UBC Theses and Dissertations

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UBC Theses and Dissertations

The community information service of the Community Chest and Council, Vancouver :a study of the process of community organization in the development of the community information service and a description and evaluation of its operations during an eight month period, 1953-1954 McRae, Donalda Elizabeth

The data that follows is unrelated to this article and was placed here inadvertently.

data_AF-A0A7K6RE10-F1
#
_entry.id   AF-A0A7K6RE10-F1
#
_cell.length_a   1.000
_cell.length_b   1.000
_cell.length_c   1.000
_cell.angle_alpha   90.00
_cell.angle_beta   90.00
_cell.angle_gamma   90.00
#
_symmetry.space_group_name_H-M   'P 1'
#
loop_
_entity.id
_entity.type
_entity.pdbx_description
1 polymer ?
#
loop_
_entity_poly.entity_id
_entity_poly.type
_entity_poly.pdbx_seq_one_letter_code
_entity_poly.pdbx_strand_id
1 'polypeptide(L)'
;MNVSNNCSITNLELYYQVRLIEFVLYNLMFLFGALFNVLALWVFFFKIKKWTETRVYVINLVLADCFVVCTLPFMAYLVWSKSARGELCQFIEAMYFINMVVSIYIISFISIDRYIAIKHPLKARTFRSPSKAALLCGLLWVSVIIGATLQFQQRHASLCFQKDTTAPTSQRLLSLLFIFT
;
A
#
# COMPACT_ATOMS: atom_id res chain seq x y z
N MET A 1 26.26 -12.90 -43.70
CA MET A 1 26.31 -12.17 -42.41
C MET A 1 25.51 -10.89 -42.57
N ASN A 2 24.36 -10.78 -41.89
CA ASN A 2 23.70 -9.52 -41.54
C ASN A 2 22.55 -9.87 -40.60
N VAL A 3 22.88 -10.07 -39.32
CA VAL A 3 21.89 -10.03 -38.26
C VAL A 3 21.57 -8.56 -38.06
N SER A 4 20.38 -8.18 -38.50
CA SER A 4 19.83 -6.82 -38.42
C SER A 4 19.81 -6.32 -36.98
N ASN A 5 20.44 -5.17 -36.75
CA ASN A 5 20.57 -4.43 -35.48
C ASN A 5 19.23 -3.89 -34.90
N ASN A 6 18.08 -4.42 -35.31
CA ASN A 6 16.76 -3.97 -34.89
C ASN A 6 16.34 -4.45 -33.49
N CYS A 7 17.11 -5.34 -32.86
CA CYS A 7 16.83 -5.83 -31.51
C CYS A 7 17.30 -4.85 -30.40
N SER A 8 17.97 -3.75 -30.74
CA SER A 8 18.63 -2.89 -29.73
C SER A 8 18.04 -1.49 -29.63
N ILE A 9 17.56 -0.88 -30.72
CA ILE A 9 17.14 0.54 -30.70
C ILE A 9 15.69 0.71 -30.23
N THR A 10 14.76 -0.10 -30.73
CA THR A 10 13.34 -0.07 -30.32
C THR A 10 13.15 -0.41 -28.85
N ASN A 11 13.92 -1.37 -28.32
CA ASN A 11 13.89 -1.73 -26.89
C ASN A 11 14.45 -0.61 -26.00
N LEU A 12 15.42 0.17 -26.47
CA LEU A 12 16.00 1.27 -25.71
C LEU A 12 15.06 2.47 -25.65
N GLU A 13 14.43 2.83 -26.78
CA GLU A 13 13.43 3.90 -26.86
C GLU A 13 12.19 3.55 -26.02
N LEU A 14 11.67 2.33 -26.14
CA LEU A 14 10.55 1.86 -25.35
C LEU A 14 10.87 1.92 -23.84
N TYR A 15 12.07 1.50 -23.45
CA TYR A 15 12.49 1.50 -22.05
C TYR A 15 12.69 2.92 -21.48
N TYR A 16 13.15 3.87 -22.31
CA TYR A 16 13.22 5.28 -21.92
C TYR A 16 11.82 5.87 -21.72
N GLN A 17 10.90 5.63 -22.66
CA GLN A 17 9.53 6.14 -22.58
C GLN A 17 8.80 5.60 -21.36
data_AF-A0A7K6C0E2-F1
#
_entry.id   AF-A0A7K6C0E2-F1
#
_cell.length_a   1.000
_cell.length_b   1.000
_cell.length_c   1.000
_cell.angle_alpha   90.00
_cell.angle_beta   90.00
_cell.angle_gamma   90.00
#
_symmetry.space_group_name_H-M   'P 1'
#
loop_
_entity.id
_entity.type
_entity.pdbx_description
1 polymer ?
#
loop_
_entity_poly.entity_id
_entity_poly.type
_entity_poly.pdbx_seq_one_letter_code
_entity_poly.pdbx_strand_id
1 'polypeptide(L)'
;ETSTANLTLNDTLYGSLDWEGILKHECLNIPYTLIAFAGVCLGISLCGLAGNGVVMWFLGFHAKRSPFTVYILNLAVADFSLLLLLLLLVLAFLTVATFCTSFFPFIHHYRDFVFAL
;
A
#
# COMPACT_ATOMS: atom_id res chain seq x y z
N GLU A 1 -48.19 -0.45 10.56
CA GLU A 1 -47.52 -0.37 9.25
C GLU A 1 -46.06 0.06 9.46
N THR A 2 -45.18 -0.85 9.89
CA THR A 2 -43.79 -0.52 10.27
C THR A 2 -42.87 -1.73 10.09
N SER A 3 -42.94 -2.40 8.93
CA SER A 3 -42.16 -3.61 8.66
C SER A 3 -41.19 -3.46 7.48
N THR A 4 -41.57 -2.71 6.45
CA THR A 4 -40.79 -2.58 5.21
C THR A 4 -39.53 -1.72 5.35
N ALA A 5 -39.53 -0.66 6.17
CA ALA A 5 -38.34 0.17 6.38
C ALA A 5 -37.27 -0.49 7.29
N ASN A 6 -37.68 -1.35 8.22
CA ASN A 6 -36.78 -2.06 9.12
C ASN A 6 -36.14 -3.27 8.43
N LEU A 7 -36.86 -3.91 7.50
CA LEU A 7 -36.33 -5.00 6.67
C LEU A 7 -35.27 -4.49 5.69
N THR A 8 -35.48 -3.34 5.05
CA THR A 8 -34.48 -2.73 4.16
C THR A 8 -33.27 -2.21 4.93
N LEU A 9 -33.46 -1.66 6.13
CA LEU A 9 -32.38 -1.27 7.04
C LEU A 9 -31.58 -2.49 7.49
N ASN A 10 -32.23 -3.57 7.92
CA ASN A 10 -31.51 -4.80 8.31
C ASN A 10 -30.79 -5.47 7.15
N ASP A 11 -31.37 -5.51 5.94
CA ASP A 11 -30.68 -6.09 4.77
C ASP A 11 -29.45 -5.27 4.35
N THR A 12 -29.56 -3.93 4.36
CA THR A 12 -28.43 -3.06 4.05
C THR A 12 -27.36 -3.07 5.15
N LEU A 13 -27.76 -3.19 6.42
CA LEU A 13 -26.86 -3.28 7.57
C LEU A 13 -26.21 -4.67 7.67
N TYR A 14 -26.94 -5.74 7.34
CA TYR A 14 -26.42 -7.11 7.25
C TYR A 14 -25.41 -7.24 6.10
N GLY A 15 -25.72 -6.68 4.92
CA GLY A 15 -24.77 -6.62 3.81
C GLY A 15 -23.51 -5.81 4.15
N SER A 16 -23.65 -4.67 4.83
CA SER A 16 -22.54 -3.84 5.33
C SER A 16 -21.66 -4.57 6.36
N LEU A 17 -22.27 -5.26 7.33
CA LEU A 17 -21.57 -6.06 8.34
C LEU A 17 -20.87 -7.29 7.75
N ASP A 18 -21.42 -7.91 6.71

The widespread use of modern media of mass communication, the growth of the profession of social work and the direct impact of voluntary and government welfare programs on individual and family life have made the ordinary citizen aware of the existence of health and welfare services in his community. This awareness, however, is often generalized and may not prove sufficient to enable a person, at the point of human need, to communicate with that agency best fitted to serve him. To overcome these barriers in communication and to provide a continuing demonstration of the existence of and the co-operation between social agencies, governmental and voluntary, many communities have developed central information and referral services. This study seeks first to trace the development of central information services on the North American continent and in Great Britain. The process of community organizations leading to the inauguration of a "Community Information Service" in Vancouver, British Columbia, is described and evaluated, as is the pattern of administration and practice in the Vancouver Information-referral office during the first year of operation on an experimental basis. To evaluate the role of the Community Information Service, Vancouver, a compilation of inquiries according to source, nature and disposal during an eight month period is presented and analysed. The program of the Community Information Service is studied against six developed criteria. From this basis and from the replies received from eight organizations in response to a questionnaire, reasons for and against the continuation of the service beyond the agreed period of experimentation are presented and equated. Some modifications and simplification of agency structure may be anticipated. Schools of Social Work may lay greater emphasis on generalized preparation for practice. These factors may minimize the need for referral between agencies and with it the need for central referral services. But until the movements described above become more visible, the ordinary man living in a metropolitan area may still benefit from the existence of central information-referral offices.

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